Sunday, June 15, 2014

Secondary Roads and Bru na Boinne

"Welcome" or "Failte" as we say in Gaelic and thanks for reading my blog.
Last night I had computer problems so didn't get yesterday's post finished so here it is.  I'll add today's right after it.
Let's start with my favorite sign of the day.
Bob and I have traveled on motorways here and on many of the next best roads, the secondary ones.  Here's a sample of a secondary one.  I've told Bob that tomorrow we are going on even smaller roads.
Bob is a capable and stoic driver.  Why, stoic, you ask?  It's because he's a capable driver but he finds himself with a shrieking maniac in the seat beside him.  And when I'm shrieking, it isn't a pretty sound.  I keep thinking he is too far to the left and that he's going to topple bicyclists, wipe out 300 year old yew hedges and create other dastardly disasters.  Today we had a five minute bus ride to get to Newgrange and I had to stop myself from shrieking at the driver, "you're too far to the left!"  I think my perspective as a passenger must be off when I'm on the left side of the car rather than the ride.  Luckily Bob is a patient man and hasn't yet stopped the car, opened my door, and shouted,  "get out!  Get out!  I'll meet you back in Canada."
Today an item on my life list was checked off when we visited a UNESCO World Heritage Site called Newgrange or as it's written in Gaelic Bru na Boinne.  It predates both Stonehenge and the Great Pyramids of Egypt and my mind boggles thinking how it was created by humans with next to no tools.  Not only that, research shows that one type of stone came from 70 km. away.  Our tour took us inside but no photos were allowed in there.
The portal above the entry is situated perfectly for light to reach the inner chamber as the sun rises on the winter solstice.  How were people back then clever enough to figure this out and build this spectacular achievement while people with computers and every smart contraption and tool in the world are screwing up construction of the Comp constantly.
Both the large creation and 38 smaller satellite ones were burial chambers for mainly cremated remains.  Some of the satellite ones haven't yet been opened.
People can enter a lottery to be in the chamber for the winter solstice.  About 3.400 apply and 50 are selected.  About two years out of seven aren't cloudy so your odds of being there for the magic aren't great.

We enjoyed watching two renegade sheep at the site and I also liked the ancient ruins of something-or-other one field over.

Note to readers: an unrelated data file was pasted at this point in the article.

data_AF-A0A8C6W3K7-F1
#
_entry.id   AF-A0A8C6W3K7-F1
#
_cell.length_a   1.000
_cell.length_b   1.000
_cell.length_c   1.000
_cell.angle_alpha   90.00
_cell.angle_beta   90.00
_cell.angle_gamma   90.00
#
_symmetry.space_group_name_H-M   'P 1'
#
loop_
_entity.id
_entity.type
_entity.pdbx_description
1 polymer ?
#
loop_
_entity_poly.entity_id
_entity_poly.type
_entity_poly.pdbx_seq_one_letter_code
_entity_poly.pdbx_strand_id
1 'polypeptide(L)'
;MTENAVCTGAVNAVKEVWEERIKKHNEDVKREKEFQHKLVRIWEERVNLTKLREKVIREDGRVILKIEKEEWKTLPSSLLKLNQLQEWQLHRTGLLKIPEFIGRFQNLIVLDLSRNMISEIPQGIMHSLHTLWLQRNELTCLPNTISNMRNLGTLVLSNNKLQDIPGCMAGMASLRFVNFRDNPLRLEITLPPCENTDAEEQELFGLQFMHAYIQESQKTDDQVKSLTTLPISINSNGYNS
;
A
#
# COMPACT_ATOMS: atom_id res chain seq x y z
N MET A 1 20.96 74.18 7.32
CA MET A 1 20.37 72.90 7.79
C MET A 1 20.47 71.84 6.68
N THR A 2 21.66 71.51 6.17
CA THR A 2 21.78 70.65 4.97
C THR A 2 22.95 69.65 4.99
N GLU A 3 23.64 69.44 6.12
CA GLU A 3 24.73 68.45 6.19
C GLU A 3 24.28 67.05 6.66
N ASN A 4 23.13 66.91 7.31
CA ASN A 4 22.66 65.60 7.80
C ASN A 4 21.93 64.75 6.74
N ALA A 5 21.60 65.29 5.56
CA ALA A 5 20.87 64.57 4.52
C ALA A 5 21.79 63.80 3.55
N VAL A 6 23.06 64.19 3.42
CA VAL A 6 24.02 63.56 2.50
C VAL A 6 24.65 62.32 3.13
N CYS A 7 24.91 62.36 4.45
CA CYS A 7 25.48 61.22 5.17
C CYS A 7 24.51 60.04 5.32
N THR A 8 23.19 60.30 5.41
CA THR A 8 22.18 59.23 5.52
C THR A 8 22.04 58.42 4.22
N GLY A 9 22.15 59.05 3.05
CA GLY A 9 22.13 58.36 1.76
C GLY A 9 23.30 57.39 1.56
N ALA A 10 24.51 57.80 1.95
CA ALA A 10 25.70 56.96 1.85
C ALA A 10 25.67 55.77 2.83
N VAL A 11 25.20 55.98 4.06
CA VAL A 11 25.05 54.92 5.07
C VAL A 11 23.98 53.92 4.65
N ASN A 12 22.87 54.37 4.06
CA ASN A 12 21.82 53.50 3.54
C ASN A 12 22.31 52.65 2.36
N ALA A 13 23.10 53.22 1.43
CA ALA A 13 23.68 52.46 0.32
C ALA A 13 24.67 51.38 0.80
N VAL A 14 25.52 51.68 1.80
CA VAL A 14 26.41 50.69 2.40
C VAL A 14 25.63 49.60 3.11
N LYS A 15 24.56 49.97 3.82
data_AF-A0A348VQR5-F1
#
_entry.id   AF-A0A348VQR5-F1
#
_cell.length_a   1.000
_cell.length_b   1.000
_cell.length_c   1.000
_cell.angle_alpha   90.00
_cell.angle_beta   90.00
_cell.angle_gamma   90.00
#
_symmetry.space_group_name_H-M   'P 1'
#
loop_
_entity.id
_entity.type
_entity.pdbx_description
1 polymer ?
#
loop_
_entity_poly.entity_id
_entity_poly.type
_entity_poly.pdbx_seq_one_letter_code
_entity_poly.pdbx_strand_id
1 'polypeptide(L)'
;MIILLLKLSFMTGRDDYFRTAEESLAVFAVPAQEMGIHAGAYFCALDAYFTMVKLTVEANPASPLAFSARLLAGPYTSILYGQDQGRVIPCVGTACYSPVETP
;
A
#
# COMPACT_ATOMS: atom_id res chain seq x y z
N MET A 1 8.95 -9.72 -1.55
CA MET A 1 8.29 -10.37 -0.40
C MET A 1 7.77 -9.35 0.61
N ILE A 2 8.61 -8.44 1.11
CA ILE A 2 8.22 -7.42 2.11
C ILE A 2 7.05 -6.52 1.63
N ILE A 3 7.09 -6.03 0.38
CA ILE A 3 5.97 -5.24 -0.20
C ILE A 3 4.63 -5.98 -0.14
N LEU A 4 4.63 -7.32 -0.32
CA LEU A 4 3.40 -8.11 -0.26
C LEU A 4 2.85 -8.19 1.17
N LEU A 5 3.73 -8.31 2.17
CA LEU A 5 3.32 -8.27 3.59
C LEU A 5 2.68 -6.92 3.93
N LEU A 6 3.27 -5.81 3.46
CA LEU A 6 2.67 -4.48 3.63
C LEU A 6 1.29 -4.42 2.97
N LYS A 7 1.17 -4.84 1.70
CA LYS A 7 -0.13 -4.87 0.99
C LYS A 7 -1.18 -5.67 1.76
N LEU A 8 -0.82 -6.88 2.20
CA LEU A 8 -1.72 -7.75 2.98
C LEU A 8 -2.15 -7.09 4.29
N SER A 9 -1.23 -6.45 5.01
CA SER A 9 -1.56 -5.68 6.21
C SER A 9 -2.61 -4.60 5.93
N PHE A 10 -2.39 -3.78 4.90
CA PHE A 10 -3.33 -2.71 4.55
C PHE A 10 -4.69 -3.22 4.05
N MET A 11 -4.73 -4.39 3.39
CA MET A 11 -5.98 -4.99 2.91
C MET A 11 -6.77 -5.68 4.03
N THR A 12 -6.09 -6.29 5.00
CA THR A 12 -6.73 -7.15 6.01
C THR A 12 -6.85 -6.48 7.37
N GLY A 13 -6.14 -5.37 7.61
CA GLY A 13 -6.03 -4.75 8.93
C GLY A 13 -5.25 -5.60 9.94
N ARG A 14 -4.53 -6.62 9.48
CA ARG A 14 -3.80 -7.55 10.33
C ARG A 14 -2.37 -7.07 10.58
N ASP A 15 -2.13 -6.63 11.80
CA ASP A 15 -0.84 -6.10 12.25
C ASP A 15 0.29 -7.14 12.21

Then we drove further north to Carlingford a place we wouldn't have known anything about if it wasn't for Elizabeth and our good friends from the Rotary Club of Carlingford, Australia.  The town has an interesting story as it is really on a road which doesn't go anywhere.  It was a dying town until it repurposed itself as a destination.  It promoted tourism and marketed itself as a hiking and biking hub.  It's brilliant to see what a town can do.
Elizabeth, the ice cream stand is still there.

And we found the antique shop.


Carlingford is one of the few places in Ireland to have a surviving town gate.  It dates from 1320.
We visited King John's castle and I hope John King appreciates this.  Myrna, could you please give him the blog address?
This building right next to King John's castle gave me a laugh.
As wall gardening is a fad at home now, I have to show this wall garden where we're pretty sure no one planted and tended them; the seeds just blew onto the stones and took root.
On our way over to Athlone where we are staying, we came across Kells which has the monastery where the monks laboriously created the Book of Kells.  It is a lovely spot with ancient graves.
Athlone is in central Ireland and we're staying five nights traveling out in a different direction every day.  There is a news agent's not far from our hotel and it has the perfect doorstop.
Rob, what time did you watch the World Cup games?  Here we could start at 11.

1 comment:

  1. Love your comments about the shrieking passenger position. I've been there. Your description had me laughing so hard I cried.